Breathe. Take another deep breath. You have the mental capacity to choose your reaction.  Your children are watching. Choose a positive reaction to an inconvenient set of circumstances.

Face the upcoming days with optimism.  See this temporary slow down as a gift to your family.
Set a schedule for school days.  It is comforting for children to know what to expect.  Let them know you are going to follow a schedule that includes time for learning, time for working, time for playing and time for resting.Take these coming days as a gift to family life.  Here is a list of activities you might want to incorporate into your action plan and add to your schedule:

  • Cook a special meal
  • Make slime or play dough (recipes on pinterest)
  • Build a birdhouse 
  • Create with legos
  • Play board games
  • Sketch
  • Paint
  • Knit
  • Sew
  • Watch movies/tv shows
  • Clean closets or drawers (and donate to local charities)
  • Print photos and create scrapbooks
  • Call grandparents
  • Bathe your pets
  • Write letters or create cards and mail them to friends/relatives
  • Bake brownies
  • Wash your bicycles or toys
  • Snuggle up and read together
  • Put on fun music and dance
  • Take a walk
  • Start a puzzle
  • Above all--Enjoy this gift of time with your loved ones.  We will get through this, so let's all try our best to make the best of this unique situation!



Thursday, October 17, 2019

Letting the Animals Run the Circus...






I have been a preschool teacher for a LOOOOOOOOOOONG time--almost a dozen years.  My first students are in high school now, and I am still at it.  And before jumping into the profession I dearly love, I was busy raising my (and my husband's) own four children.  So as you can guess, I have had a lot of time to study, observe, and reflect on children.

My husband and I decided early on that we would not allow our little monkeys to rule the roost.  We enforced bedtimes and a code of behavior that included no back talking, no physical violence, and in general a helpful attitude.  We didn't always succeed at this but the love and respect grew over the years of effort, and the chores always got done before bedtime.  No excuses.

As a preschool teacher, I find my students bright, engaging, funny, caring, sweet, and impossibly cute most of the time. I enjoy each and every minute that I get to share with them.  I marvel at their triumphs (like coming to school sans blankie--when the first week we had a hard time putting blankie down to do anything).  I swoon when they are willingly kind to each other -- sharing a toy or a turn with another classmate.  I praise their paintings and block towers, and gladly help them put on their coats or wash their hands.  They are amazingly capable and enthusiastic learners with kind and loving hearts.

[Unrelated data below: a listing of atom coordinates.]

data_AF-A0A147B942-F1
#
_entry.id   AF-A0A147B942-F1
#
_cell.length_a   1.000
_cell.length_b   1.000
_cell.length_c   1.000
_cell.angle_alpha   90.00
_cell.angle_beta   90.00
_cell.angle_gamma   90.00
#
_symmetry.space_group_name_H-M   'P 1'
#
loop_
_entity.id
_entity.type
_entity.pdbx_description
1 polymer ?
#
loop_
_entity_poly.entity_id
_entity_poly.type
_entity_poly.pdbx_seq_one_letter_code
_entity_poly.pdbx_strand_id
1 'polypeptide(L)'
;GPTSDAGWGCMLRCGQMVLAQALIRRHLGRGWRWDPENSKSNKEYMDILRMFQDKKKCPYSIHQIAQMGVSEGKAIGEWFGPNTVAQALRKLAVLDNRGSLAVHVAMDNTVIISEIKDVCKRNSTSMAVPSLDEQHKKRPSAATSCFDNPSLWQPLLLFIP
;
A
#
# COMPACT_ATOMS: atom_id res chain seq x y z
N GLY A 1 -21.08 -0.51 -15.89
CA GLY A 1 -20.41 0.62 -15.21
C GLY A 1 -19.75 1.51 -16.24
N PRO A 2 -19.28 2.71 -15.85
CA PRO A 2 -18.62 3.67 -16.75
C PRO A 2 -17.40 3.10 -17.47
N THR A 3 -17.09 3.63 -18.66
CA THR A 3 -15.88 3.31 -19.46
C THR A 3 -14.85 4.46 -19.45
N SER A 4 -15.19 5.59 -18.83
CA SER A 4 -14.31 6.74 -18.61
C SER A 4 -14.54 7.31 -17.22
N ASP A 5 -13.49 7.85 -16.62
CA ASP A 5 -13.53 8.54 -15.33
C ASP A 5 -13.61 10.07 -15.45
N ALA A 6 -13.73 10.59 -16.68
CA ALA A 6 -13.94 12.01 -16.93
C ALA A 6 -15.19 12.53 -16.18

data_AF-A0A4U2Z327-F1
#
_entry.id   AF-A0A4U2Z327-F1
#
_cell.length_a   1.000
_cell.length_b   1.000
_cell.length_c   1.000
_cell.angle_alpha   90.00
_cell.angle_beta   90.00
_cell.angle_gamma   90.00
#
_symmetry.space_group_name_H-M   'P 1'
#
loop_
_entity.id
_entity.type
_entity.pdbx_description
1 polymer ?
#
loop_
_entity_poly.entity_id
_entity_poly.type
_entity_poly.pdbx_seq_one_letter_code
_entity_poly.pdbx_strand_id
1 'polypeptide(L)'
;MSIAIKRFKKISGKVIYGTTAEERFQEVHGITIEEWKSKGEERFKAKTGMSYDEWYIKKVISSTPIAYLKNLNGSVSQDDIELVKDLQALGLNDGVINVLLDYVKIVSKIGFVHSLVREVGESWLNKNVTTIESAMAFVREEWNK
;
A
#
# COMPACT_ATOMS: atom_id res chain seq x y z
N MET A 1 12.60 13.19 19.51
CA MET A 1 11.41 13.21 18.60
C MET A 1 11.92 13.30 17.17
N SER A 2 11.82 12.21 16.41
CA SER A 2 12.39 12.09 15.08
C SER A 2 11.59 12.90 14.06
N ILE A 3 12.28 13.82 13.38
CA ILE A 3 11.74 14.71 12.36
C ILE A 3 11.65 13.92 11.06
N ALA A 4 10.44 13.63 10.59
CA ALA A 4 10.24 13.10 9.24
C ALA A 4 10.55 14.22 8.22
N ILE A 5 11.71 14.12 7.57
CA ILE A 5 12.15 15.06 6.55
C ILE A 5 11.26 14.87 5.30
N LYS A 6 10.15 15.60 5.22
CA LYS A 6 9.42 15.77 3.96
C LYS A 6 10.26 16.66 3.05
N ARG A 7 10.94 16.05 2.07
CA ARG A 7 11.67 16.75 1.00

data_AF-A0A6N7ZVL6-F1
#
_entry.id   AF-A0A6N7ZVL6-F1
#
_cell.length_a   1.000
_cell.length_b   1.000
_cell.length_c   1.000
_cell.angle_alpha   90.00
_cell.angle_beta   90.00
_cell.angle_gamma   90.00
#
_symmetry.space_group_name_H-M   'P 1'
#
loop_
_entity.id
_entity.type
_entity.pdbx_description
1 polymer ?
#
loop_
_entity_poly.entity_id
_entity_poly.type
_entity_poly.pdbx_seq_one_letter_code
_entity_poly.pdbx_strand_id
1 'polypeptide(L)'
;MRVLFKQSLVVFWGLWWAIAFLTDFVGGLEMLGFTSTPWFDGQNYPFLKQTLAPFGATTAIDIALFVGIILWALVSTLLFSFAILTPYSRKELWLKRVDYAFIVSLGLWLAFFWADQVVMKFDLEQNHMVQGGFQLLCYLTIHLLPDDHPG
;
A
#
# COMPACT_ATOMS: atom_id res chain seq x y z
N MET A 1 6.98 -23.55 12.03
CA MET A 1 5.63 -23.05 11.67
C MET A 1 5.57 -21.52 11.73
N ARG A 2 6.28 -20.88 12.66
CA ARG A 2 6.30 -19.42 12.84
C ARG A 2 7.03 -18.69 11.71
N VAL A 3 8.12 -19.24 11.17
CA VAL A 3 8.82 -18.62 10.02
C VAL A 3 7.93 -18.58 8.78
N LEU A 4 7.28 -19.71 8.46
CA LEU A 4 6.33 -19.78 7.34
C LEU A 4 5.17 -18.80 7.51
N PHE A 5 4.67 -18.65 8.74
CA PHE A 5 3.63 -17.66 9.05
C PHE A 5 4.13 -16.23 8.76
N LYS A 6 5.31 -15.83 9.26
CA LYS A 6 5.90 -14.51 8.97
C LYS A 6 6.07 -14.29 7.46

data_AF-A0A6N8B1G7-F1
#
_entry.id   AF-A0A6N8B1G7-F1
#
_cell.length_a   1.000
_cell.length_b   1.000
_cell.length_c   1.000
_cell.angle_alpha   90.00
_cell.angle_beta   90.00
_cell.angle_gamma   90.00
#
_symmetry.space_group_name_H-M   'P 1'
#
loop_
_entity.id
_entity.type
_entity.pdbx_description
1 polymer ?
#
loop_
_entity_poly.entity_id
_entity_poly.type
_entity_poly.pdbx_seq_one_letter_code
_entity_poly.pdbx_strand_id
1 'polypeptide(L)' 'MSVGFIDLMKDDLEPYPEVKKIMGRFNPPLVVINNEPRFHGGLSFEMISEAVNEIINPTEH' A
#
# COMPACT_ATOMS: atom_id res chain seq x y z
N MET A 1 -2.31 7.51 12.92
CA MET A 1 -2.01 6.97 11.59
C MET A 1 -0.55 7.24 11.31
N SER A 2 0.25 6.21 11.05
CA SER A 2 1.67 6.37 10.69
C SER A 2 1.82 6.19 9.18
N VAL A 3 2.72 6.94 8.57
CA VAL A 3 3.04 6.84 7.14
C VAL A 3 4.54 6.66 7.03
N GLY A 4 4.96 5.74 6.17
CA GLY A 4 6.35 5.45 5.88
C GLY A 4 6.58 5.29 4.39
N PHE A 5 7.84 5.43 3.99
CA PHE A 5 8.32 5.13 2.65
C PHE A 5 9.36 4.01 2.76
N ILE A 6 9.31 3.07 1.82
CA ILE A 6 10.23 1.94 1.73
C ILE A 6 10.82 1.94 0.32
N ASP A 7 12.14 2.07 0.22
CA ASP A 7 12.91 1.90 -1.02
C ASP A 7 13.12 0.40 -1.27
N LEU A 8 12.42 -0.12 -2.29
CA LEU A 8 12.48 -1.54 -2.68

So here is my struggle these days...PARENTS!  My littles are blessed with loving and devoted parents.  So what is the struggle, you ask? My preschool parents either have no energy or no knowledge of how to PARENT their children.  The ringmasters have left the tent, and the monkeys are running wild.

They leave it all up to me.  Do they teach them manners? Nope.  I do.  Do they teach them to follow instructions? Nope. I do.  Do they even require them to look up when they hear their name? Nope. I do.  And the list goes on and on.  The bar is so low on the behavior that they accept, that it all falls to us in the classroom to corral and wrangle these little ones into a semblance of order.

We could never allow our preschool class of over a dozen children to run wild and do what ever they want every second of the day.  Children would get hurt, the noise level would be frightening, and the environment would prove impossible for any sort of learning.  But I am quite sure that many of my families allow this at home.  This lack of parenting in the long term will be a detriment to these children.  Children who grow up lacking all boundaries continually seek boundaries.  Boundaries show a child who is in charge, which in turn make children feel safe and secure.  Children raised without any boundaries or respect for their parents, have a higher likelihood to be depressed or indulge in risky behaviors in their later years.  The research to prove this has been done, and I personally have seen it in my many years.

I wish I could figure out where this laissez-faire attitude towards parenting is coming from.  These are parents who are by all accounts well-equipped. They are married, educated, and financially secure.  They are lovely people.  They are involved and helpful.  But they don't seem to have the stomach or drive or backbone to parent. They cannot find the strength to make their children listen to them.  They seem frightened of the result of being an authority in their children's lives.  They seem to duck and cover rather than expecting that their child(ren) listen to them or follow any code of behavior.  I am mystified.

When did parenting stop being a verb? Where have all the ringmasters gone? 

I know parenting can be daunting, but that's why it's important start small.  Expect a child to listen when her name is called. Have him make his bed every morning. Give them real consequences if they don't listen but also give real praise for what they accomplish. Have simple expectations of your children and their behavior. This will help them through the years.  I promise it will.

And it may just keep me teaching preschool.